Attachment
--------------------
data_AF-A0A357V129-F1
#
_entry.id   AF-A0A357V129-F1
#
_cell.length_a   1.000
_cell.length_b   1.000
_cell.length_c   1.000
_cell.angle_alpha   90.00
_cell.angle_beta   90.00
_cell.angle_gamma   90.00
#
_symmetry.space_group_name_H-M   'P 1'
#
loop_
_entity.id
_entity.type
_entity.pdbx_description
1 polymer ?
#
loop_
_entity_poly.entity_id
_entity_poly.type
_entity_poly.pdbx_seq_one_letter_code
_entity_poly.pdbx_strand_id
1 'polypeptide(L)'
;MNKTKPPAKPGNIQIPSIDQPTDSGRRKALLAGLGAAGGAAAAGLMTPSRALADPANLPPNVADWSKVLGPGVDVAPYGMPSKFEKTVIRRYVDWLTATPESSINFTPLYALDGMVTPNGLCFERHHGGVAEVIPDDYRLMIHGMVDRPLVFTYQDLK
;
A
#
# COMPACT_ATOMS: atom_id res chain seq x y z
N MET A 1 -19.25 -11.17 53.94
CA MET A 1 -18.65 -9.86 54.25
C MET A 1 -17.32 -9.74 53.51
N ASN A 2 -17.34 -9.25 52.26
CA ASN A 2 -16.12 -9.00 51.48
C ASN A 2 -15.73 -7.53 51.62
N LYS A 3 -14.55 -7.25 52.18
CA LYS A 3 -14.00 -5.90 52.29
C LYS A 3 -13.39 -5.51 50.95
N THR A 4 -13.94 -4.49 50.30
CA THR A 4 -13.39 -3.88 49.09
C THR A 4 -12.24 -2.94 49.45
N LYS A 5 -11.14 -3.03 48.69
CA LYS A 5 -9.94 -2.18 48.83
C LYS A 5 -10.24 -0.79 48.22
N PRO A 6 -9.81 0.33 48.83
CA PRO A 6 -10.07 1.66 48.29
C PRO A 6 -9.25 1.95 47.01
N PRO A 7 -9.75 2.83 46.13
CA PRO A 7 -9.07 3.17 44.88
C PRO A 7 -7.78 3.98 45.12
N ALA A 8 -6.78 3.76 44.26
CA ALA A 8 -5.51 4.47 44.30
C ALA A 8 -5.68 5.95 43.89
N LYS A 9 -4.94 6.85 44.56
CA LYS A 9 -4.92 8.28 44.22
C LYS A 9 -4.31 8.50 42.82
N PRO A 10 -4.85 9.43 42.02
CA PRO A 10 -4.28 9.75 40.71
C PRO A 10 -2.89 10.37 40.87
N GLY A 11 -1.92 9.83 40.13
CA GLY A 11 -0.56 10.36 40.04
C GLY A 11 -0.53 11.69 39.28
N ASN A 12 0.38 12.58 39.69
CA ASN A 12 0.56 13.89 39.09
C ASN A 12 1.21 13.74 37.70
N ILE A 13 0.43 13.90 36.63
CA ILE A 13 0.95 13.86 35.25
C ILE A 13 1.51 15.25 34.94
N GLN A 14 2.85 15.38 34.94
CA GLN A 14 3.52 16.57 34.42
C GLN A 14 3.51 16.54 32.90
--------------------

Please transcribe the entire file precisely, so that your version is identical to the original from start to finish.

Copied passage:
data_AF-A0A357V129-F1
#
_entry.id   AF-A0A357V129-F1
#
_cell.length_a   1.000
_cell.length_b   1.000
_cell.length_c   1.000
_cell.angle_alpha   90.00
_cell.angle_beta   90.00
_cell.angle_gamma   90.00
#
_symmetry.space_group_name_H-M   'P 1'
#
loop_
_entity.id
_entity.type
_entity.pdbx_description
1 polymer ?
#
loop_
_entity_poly.entity_id
_entity_poly.type
_entity_poly.pdbx_seq_one_letter_code
_entity_poly.pdbx_strand_id
1 'polypeptide(L)'
;MNKTKPPAKPGNIQIPSIDQPTDSGRRKALLAGLGAAGGAAAAGLMTPSRALADPANLPPNVADWSKVLGPGVDVAPYGMPSKFEKTVIRRYVDWLTATPESSINFTPLYALDGMVTPNGLCFERHHGGVAEVIPDDYRLMIHGMVDRPLVFTYQDLK
;
A
#
# COMPACT_ATOMS: atom_id res chain seq x y z
N MET A 1 -19.25 -11.17 53.94
CA MET A 1 -18.65 -9.86 54.25
C MET A 1 -17.32 -9.74 53.51
N ASN A 2 -17.34 -9.25 52.26
CA ASN A 2 -16.12 -9.00 51.48
C ASN A 2 -15.73 -7.53 51.62
N LYS A 3 -14.55 -7.25 52.18
CA LYS A 3 -14.00 -5.90 52.29
C LYS A 3 -13.39 -5.51 50.95
N THR A 4 -13.94 -4.49 50.30
CA THR A 4 -13.39 -3.88 49.09
C THR A 4 -12.24 -2.94 49.45
N LYS A 5 -11.14 -3.03 48.69
CA LYS A 5 -9.94 -2.18 48.83
C LYS A 5 -10.24 -0.79 48.22
N PRO A 6 -9.81 0.33 48.83
CA PRO A 6 -10.07 1.66 48.29
C PRO A 6 -9.25 1.95 47.01
N PRO A 7 -9.75 2.83 46.13
CA PRO A 7 -9.07 3.17 44.88
C PRO A 7 -7.78 3.98 45.12
N ALA A 8 -6.78 3.76 44.26
CA ALA A 8 -5.51 4.47 44.30
C ALA A 8 -5.68 5.95 43.89
N LYS A 9 -4.94 6.85 44.56
CA LYS A 9 -4.92 8.28 44.22
C LYS A 9 -4.31 8.50 42.82
N PRO A 10 -4.85 9.43 42.02
CA PRO A 10 -4.28 9.75 40.71
C PRO A 10 -2.89 10.37 40.87
N GLY A 11 -1.92 9.83 40.13
CA GLY A 11 -0.56 10.36 40.04
C GLY A 11 -0.53 11.69 39.28
N ASN A 12 0.38 12.58 39.69
CA ASN A 12 0.56 13.89 39.09
C ASN A 12 1.21 13.74 37.70
N ILE A 13 0.43 13.90 36.63
CA ILE A 13 0.95 13.86 35.25
C ILE A 13 1.51 15.25 34.94
N GLN A 14 2.85 15.38 34.94
CA GLN A 14 3.52 16.57 34.42
C GLN A 14 3.51 16.54 32.90